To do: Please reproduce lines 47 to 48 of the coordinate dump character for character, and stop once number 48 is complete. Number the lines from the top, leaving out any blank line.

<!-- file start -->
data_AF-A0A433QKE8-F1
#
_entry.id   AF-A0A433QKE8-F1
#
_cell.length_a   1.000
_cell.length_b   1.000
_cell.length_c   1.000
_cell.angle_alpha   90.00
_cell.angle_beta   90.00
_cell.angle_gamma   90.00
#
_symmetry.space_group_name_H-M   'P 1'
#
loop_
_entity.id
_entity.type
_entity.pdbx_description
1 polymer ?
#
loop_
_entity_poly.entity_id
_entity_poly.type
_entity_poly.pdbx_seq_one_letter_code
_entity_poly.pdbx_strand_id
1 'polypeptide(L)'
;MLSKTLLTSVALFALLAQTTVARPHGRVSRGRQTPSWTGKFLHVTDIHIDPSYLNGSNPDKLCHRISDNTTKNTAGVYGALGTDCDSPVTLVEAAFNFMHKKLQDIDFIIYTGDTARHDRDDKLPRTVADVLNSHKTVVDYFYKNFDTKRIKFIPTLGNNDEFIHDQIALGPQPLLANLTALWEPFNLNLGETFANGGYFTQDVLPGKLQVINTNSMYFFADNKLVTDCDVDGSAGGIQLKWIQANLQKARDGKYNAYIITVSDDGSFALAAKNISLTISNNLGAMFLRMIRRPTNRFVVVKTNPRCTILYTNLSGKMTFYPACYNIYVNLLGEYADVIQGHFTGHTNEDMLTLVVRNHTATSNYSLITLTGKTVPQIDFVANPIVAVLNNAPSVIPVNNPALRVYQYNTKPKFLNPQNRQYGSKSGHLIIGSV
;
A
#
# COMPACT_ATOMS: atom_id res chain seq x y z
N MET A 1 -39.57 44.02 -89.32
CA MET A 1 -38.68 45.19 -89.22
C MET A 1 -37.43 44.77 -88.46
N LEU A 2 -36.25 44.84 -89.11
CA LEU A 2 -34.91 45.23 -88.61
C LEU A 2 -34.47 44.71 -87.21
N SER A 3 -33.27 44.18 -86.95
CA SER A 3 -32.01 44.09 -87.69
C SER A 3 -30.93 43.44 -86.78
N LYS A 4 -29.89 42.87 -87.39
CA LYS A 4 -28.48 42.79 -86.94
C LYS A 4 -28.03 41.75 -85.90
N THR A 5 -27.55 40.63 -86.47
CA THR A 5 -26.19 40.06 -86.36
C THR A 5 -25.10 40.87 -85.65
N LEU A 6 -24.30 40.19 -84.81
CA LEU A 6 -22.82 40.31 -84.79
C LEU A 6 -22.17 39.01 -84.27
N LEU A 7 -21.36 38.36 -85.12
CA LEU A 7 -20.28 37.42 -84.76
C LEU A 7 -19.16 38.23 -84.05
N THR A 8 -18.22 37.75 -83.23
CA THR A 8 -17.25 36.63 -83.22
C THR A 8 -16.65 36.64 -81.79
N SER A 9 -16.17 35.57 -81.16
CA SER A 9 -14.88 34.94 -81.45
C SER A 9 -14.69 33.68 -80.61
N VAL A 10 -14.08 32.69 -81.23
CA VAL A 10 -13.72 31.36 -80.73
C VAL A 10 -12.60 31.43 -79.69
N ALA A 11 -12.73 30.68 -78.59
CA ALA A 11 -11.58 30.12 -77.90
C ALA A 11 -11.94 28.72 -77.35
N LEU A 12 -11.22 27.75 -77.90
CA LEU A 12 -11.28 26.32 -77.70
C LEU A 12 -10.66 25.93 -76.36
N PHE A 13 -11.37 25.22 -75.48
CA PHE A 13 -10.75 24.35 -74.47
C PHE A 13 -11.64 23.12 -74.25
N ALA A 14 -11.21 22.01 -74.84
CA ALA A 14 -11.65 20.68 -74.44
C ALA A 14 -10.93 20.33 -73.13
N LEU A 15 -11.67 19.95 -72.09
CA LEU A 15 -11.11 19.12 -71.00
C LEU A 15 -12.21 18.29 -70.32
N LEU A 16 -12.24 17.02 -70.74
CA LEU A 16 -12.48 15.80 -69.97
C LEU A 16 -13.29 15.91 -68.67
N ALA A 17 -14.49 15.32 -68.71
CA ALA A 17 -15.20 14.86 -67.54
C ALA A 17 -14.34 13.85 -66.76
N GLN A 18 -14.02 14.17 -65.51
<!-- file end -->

CA LEU A 6 -22.82 40.31 -84.79
C LEU A 6 -22.17 39.01 -84.27